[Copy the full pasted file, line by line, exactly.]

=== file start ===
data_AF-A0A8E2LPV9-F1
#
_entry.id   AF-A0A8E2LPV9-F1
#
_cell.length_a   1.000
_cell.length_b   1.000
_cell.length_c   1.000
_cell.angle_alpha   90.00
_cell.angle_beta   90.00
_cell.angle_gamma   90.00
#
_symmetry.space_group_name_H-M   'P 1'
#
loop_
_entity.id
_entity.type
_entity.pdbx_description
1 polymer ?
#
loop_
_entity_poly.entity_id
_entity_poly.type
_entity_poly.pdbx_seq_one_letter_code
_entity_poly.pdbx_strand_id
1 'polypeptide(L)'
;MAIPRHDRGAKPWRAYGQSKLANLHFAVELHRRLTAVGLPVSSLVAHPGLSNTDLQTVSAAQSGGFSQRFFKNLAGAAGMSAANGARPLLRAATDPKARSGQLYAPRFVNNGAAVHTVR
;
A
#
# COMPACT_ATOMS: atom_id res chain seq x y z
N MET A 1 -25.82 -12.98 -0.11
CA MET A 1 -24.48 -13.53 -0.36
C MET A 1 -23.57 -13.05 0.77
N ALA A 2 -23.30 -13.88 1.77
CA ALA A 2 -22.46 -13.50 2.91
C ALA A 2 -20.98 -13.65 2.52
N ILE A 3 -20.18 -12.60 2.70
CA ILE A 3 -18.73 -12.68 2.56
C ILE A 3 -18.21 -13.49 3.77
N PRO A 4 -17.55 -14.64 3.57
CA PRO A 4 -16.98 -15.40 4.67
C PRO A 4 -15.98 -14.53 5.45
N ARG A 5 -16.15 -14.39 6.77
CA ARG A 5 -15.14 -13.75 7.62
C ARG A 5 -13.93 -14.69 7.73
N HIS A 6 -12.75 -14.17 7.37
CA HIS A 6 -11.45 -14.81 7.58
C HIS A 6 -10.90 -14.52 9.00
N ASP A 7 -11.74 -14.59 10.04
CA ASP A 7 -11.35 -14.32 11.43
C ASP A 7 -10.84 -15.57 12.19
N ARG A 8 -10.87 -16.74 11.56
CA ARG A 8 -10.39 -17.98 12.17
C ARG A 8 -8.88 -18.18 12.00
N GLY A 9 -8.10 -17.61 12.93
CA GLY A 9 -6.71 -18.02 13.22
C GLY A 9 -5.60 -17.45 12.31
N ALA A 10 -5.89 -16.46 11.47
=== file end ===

data_AF-A0A8E2LPV9-F1
#
_entry.id   AF-A0A8E2LPV9-F1
#
_cell.length_a   1.000
_cell.length_b   1.000
_cell.length_c   1.000
_cell.angle_alpha   90.00
_cell.angle_beta   90.00
_cell.angle_gamma   90.00
#
_symmetry.space_group_name_H-M   'P 1'
#
loop_
_entity.id
_entity.type
_entity.pdbx_description
1 polymer ?
#
loop_
_entity_poly.entity_id
_entity_poly.type
_entity_poly.pdbx_seq_one_letter_code
_entity_poly.pdbx_strand_id
1 'polypeptide(L)'
;MAIPRHDRGAKPWRAYGQSKLANLHFAVELHRRLTAVGLPVSSLVAHPGLSNTDLQTVSAAQSGGFSQRFFKNLAGAAGMSAANGARPLLRAATDPKARSGQLYAPRFVNNGAAVHTVR
;
A
#
# COMPACT_ATOMS: atom_id res chain seq x y z
N MET A 1 -25.82 -12.98 -0.11
CA MET A 1 -24.48 -13.53 -0.36
C MET A 1 -23.57 -13.05 0.77
N ALA A 2 -23.30 -13.88 1.77
CA ALA A 2 -22.46 -13.50 2.91
C ALA A 2 -20.98 -13.65 2.52
N ILE A 3 -20.18 -12.60 2.70
CA ILE A 3 -18.73 -12.68 2.56
C ILE A 3 -18.21 -13.49 3.77
N PRO A 4 -17.55 -14.64 3.57
CA PRO A 4 -16.98 -15.40 4.67
C PRO A 4 -15.98 -14.53 5.45
N ARG A 5 -16.15 -14.39 6.77
CA ARG A 5 -15.14 -13.75 7.62
C ARG A 5 -13.93 -14.69 7.73
N HIS A 6 -12.75 -14.17 7.37
CA HIS A 6 -11.45 -14.81 7.58
C HIS A 6 -10.90 -14.52 9.00
N ASP A 7 -11.74 -14.59 10.04
CA ASP A 7 -11.35 -14.32 11.43
C ASP A 7 -10.84 -15.57 12.19
N ARG A 8 -10.87 -16.74 11.56
CA ARG A 8 -10.39 -17.98 12.17
C ARG A 8 -8.88 -18.18 12.00
N GLY A 9 -8.10 -17.61 12.93
CA GLY A 9 -6.71 -18.02 13.22
C GLY A 9 -5.60 -17.45 12.31
N ALA A 10 -5.89 -16.46 11.47